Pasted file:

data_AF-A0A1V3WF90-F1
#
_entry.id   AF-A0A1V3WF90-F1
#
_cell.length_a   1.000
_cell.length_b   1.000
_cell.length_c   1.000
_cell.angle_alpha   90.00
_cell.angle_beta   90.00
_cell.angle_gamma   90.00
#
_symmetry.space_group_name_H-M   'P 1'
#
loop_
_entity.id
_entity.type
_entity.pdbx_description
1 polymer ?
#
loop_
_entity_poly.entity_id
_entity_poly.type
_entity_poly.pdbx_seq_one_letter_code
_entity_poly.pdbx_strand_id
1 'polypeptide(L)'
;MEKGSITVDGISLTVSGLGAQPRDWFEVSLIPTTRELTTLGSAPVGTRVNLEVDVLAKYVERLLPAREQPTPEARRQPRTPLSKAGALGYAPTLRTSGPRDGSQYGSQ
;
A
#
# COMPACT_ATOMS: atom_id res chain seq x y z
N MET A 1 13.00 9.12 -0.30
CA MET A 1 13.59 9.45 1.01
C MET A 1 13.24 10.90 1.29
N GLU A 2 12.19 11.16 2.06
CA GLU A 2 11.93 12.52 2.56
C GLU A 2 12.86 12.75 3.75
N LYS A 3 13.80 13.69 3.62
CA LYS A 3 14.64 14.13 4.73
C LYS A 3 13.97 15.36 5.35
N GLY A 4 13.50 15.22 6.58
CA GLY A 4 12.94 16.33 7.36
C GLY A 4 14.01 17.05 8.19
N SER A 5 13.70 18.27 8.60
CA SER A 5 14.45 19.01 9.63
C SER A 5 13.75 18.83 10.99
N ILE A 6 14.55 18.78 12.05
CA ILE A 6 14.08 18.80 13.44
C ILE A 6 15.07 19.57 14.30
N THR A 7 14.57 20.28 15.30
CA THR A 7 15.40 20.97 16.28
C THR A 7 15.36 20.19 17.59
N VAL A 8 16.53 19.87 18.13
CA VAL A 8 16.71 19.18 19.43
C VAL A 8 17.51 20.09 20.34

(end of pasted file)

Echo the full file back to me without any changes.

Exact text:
data_AF-A0A1V3WF90-F1
#
_entry.id   AF-A0A1V3WF90-F1
#
_cell.length_a   1.000
_cell.length_b   1.000
_cell.length_c   1.000
_cell.angle_alpha   90.00
_cell.angle_beta   90.00
_cell.angle_gamma   90.00
#
_symmetry.space_group_name_H-M   'P 1'
#
loop_
_entity.id
_entity.type
_entity.pdbx_description
1 polymer ?
#
loop_
_entity_poly.entity_id
_entity_poly.type
_entity_poly.pdbx_seq_one_letter_code
_entity_poly.pdbx_strand_id
1 'polypeptide(L)'
;MEKGSITVDGISLTVSGLGAQPRDWFEVSLIPTTRELTTLGSAPVGTRVNLEVDVLAKYVERLLPAREQPTPEARRQPRTPLSKAGALGYAPTLRTSGPRDGSQYGSQ
;
A
#
# COMPACT_ATOMS: atom_id res chain seq x y z
N MET A 1 13.00 9.12 -0.30
CA MET A 1 13.59 9.45 1.01
C MET A 1 13.24 10.90 1.29
N GLU A 2 12.19 11.16 2.06
CA GLU A 2 11.93 12.52 2.56
C GLU A 2 12.86 12.75 3.75
N LYS A 3 13.80 13.69 3.62
CA LYS A 3 14.64 14.13 4.73
C LYS A 3 13.97 15.36 5.35
N GLY A 4 13.50 15.22 6.58
CA GLY A 4 12.94 16.33 7.36
C GLY A 4 14.01 17.05 8.19
N SER A 5 13.70 18.27 8.60
CA SER A 5 14.45 19.01 9.63
C SER A 5 13.75 18.83 10.99
N ILE A 6 14.55 18.78 12.05
CA ILE A 6 14.08 18.80 13.44
C ILE A 6 15.07 19.57 14.30
N THR A 7 14.57 20.28 15.30
CA THR A 7 15.40 20.97 16.28
C THR A 7 15.36 20.19 17.59
N VAL A 8 16.53 19.87 18.13
CA VAL A 8 16.71 19.18 19.43
C VAL A 8 17.51 20.09 20.34